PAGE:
King and the Dragonflies

Book review by
Mandie Caroll, Common Sense Media
King and the Dragonflies Book Poster Image
Beautifully told coming-of-age tale full of grief and hope.

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A lot or a little?

The parents' guide to what's in this book.

Educational Value

Instances of racism and homophobia teach readers unfamiliar with either about real-world experiences of black and gay young people.

Positive Messages

There's no wrong way to be yourself. Seek out friendships and relationships with people who understand you and love you for all that you are. Some people will surprise you with acceptance and love when they find out you aren't who they thought you were. Life can get really, really hard. Unfair and terrible things may happen. But with time, and loving support, it will get better.

Positive Role Models

Seventh-grader King is mourning the recent death of his beloved older brother. He struggles with sadness, his identity, and the fear of losing his friends and parents if he tells the truth about himself. He sometimes makes hurtful choices, for which he eventually seeks to make amends. King's friend Sandy shows King how to have courage even when he's afraid, and King's friend Jasmine is thoughtful and forgiving. In terms of representation, King and his family are Black, as is Jasmine. Sandy and his family are White. Two characters identify as gay.


The murder of a Black man by four White teens, including Sandy's older brother Mikey, is referenced a few times. The victim was beaten and dragged through the bayous tied to the back of a pickup truck. That is as graphic a description as it gets. There's some of scary tension when King interacts with Mikey (and later, with Sandy and Mikey's father), but the threat of racial violence is implied, and no harm comes to King.


Hand holding and cheek-kisses between opposite-gender middle-school-age teens.


The names of various anime series are mentioned on occasion.

Drinking, Drugs & Smoking

Mikey Sanders, who's about 17 years old, is seen smoking or smells like cigarette smoke on two occasions.

What parents need to know

Parents need to know that Kacen Callendar's King and the Dragonflies won a 2021 Coretta Scott King Author Honor. It tells the story of King, a studious seventh-grader who's mourning the recent death of his treasured older brother, Khalid, while also navigating normal teenage "stuff" -- like parents who don't get him, racial and sexual identity, and friendship troubles. And then, his former friend Sandy disappears, plunging King into a situation that threatens to reveal secrets and destroy relationships all across town. A father physically abuses his gay son. A violent, racist murder is referred to: Four White teens beat then tied a Black man to the back of a pickup truck and drug him around the bayou until he was dead. The owner of the truck is Sandy's older brother, Mikey, so interactions between King and Mikey carry a lot of scary tension, though no violence occurs. Mild sexual content includes hand-holding and cheek-kissing. No language concerns.  

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What's the story?

We first meet 12-year-old King in KING AND THE DRAGONFLIES as he walks to the bayou in his small Louisiana town after school to sit among the dragonflies. King believes his 16-year-old older brother, Khalid, who recenlty died, came back as a dragonfly, and he goes to seek him out at the bayou. Instead, King's former friend Sandy shows up. King ended their friendship at his then-alive brother's urging. Khalid had overheard Sandy say he was gay, and he didn't want people to think King was gay, too. Though Sandy and King's interaction at the bayou resolves nothing, when Sandy runs away from his abusive father that night, he escapes to King's backyard and the tent they used to hang out in. King finds him by chance and agrees to help him stay hidden. This involves risks and rewards that neither can fully anticipate, and threatens to destroy all the relationships King holds dear.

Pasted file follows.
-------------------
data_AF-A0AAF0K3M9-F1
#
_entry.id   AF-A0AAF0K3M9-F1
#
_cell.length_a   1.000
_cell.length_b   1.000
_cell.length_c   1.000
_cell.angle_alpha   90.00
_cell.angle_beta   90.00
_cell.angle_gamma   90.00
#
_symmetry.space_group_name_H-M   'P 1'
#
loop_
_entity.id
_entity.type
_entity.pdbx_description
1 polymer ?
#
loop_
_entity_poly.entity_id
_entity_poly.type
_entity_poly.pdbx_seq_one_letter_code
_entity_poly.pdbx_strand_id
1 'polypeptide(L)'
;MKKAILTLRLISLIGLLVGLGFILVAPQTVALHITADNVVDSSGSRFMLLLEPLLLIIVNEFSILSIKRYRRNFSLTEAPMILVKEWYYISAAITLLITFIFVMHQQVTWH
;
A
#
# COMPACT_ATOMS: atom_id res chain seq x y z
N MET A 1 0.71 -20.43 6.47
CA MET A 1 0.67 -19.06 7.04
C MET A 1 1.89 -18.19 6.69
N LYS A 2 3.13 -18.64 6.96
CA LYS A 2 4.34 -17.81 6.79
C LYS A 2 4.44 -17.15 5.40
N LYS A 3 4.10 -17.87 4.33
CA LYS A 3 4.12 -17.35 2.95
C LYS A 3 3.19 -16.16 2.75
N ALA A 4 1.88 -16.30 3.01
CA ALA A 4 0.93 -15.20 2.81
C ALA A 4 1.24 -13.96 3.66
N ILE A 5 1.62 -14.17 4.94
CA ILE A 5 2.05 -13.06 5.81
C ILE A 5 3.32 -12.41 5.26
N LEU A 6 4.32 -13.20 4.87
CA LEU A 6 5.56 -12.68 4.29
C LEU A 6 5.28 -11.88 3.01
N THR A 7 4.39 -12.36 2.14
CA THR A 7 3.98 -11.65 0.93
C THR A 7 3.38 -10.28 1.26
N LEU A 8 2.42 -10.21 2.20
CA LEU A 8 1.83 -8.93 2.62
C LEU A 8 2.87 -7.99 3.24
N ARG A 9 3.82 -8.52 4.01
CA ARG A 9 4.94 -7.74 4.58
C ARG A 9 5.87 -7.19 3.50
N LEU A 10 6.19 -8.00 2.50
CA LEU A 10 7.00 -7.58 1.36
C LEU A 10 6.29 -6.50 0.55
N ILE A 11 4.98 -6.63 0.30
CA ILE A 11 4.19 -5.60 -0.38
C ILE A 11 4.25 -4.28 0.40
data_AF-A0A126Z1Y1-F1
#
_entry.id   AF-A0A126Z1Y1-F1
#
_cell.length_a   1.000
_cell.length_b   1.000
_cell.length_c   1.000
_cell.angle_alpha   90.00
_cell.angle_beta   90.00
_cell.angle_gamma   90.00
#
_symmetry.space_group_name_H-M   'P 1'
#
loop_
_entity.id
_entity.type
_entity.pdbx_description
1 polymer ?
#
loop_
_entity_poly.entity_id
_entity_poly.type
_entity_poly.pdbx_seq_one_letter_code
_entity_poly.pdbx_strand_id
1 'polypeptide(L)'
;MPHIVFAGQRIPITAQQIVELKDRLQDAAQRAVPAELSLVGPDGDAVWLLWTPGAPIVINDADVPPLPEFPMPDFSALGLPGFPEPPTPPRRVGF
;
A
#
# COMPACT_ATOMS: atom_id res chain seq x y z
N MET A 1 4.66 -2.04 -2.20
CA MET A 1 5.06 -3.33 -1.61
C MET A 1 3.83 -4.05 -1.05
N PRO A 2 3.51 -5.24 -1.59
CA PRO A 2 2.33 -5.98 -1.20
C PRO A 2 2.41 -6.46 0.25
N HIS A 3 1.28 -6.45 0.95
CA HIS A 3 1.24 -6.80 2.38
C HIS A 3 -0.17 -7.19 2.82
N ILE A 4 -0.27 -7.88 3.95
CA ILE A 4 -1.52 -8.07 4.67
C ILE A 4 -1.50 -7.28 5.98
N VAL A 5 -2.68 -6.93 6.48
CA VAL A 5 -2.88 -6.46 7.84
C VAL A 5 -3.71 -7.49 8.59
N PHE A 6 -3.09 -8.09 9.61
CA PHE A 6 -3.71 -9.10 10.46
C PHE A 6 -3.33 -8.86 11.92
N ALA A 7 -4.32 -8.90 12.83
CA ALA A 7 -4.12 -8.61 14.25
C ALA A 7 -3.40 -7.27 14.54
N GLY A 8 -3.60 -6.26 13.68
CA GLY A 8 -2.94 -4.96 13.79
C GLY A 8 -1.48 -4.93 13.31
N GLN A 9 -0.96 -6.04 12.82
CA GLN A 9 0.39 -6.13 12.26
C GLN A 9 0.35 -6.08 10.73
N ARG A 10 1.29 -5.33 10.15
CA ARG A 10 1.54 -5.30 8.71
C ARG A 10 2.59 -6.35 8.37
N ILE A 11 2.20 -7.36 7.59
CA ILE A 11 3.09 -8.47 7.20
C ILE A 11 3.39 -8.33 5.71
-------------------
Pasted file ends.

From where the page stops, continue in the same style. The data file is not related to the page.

Is it any good?

This enchanting and unforgettable book pulls readers in from the first page. Kacen Callendar's writing in King and the Dragonflies is lush and lyrical, a joy to read solely for the beauty of the sentences. Especially when King remembers his brother, the text takes on a magical feel that magnifies King's grief for the reader. Young people will appreciate the inclusion of queer characters who take different paths to coming to terms with being gay and the insightful portrayal of the intersections of race and sexuality. Callender portrays King's family with a noteworthy sensitivity. They have problems -- namely, the crushing grief of Khalid's death, King's father's homophobia and sexism, and King's mother's acceptance of those things --but it's clear that this is a family that can heal and grow together.

There are several sob-worthy passages, though ultimately this is a deeply hopeful and inspiring tale that will leave readers smiling, even if it's through happy tears. 

Talk to your kids about ...

  • Families can talk about the racism and homophobia discussed in King and the Dragonflies. How are they similar? How are they different? Some of the characters are against racism and yet also express anti-gay sentiments. How does this change over the course of the story?  


  • How does King deal with his grief over losing Khalid? How do his parents cope? What is the turning point in this family's journey with grief? Which characters are critical to the healing King's family experiences? Who are the people in your life who can help you with big sadness and loss?

  • Would you call King and theDragonflies a hopeful story? Why or why not? Is it important to have hope that things will get better? 

Book details

Our editors recommend

For kids who love stories of grief and coming-of-age stories

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